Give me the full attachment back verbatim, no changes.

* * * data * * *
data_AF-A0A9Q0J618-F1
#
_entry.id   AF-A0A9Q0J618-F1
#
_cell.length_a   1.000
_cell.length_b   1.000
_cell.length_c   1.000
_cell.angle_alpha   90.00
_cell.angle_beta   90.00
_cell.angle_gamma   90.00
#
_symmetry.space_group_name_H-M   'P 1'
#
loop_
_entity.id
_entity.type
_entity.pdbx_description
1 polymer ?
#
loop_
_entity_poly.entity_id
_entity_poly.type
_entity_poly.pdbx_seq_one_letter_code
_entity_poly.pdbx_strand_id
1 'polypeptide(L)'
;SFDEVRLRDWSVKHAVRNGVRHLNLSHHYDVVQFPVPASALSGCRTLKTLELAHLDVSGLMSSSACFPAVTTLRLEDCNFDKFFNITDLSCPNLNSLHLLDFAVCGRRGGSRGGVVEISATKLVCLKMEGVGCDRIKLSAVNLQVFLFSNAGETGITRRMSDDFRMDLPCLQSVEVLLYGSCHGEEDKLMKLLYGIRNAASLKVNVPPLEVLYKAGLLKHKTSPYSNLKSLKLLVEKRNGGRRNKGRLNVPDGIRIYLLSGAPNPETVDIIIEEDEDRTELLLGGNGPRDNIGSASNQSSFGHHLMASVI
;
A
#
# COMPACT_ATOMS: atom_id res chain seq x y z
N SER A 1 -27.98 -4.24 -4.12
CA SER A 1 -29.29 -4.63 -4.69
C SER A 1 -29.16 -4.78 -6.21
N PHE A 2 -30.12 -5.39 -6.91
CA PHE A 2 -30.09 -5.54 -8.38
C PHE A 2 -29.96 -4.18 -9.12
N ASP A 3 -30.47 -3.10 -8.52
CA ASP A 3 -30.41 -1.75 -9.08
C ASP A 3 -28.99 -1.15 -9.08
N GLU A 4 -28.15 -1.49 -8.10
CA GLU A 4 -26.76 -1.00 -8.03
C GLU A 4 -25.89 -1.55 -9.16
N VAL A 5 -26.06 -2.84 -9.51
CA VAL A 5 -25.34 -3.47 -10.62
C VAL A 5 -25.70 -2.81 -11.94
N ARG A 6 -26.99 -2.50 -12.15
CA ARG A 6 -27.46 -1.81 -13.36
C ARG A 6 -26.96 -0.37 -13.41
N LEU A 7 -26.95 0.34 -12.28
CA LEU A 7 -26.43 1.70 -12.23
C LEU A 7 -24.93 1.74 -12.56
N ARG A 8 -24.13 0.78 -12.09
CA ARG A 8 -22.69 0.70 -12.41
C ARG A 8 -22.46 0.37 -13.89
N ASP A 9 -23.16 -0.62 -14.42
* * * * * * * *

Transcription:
data_AF-A0A9Q0J618-F1
#
_entry.id   AF-A0A9Q0J618-F1
#
_cell.length_a   1.000
_cell.length_b   1.000
_cell.length_c   1.000
_cell.angle_alpha   90.00
_cell.angle_beta   90.00
_cell.angle_gamma   90.00
#
_symmetry.space_group_name_H-M   'P 1'
#
loop_
_entity.id
_entity.type
_entity.pdbx_description
1 polymer ?
#
loop_
_entity_poly.entity_id
_entity_poly.type
_entity_poly.pdbx_seq_one_letter_code
_entity_poly.pdbx_strand_id
1 'polypeptide(L)'
;SFDEVRLRDWSVKHAVRNGVRHLNLSHHYDVVQFPVPASALSGCRTLKTLELAHLDVSGLMSSSACFPAVTTLRLEDCNFDKFFNITDLSCPNLNSLHLLDFAVCGRRGGSRGGVVEISATKLVCLKMEGVGCDRIKLSAVNLQVFLFSNAGETGITRRMSDDFRMDLPCLQSVEVLLYGSCHGEEDKLMKLLYGIRNAASLKVNVPPLEVLYKAGLLKHKTSPYSNLKSLKLLVEKRNGGRRNKGRLNVPDGIRIYLLSGAPNPETVDIIIEEDEDRTELLLGGNGPRDNIGSASNQSSFGHHLMASVI
;
A
#
# COMPACT_ATOMS: atom_id res chain seq x y z
N SER A 1 -27.98 -4.24 -4.12
CA SER A 1 -29.29 -4.63 -4.69
C SER A 1 -29.16 -4.78 -6.21
N PHE A 2 -30.12 -5.39 -6.91
CA PHE A 2 -30.09 -5.54 -8.38
C PHE A 2 -29.96 -4.18 -9.12
N ASP A 3 -30.47 -3.10 -8.52
CA ASP A 3 -30.41 -1.75 -9.08
C ASP A 3 -28.99 -1.15 -9.08
N GLU A 4 -28.15 -1.49 -8.10
CA GLU A 4 -26.76 -1.00 -8.03
C GLU A 4 -25.89 -1.55 -9.16
N VAL A 5 -26.06 -2.84 -9.51
CA VAL A 5 -25.34 -3.47 -10.62
C VAL A 5 -25.70 -2.81 -11.94
N ARG A 6 -26.99 -2.50 -12.15
CA ARG A 6 -27.46 -1.81 -13.36
C ARG A 6 -26.96 -0.37 -13.41
N LEU A 7 -26.95 0.34 -12.28
CA LEU A 7 -26.43 1.70 -12.23
C LEU A 7 -24.93 1.74 -12.56
N ARG A 8 -24.13 0.78 -12.09
CA ARG A 8 -22.69 0.70 -12.41
C ARG A 8 -22.46 0.37 -13.89
N ASP A 9 -23.16 -0.62 -14.42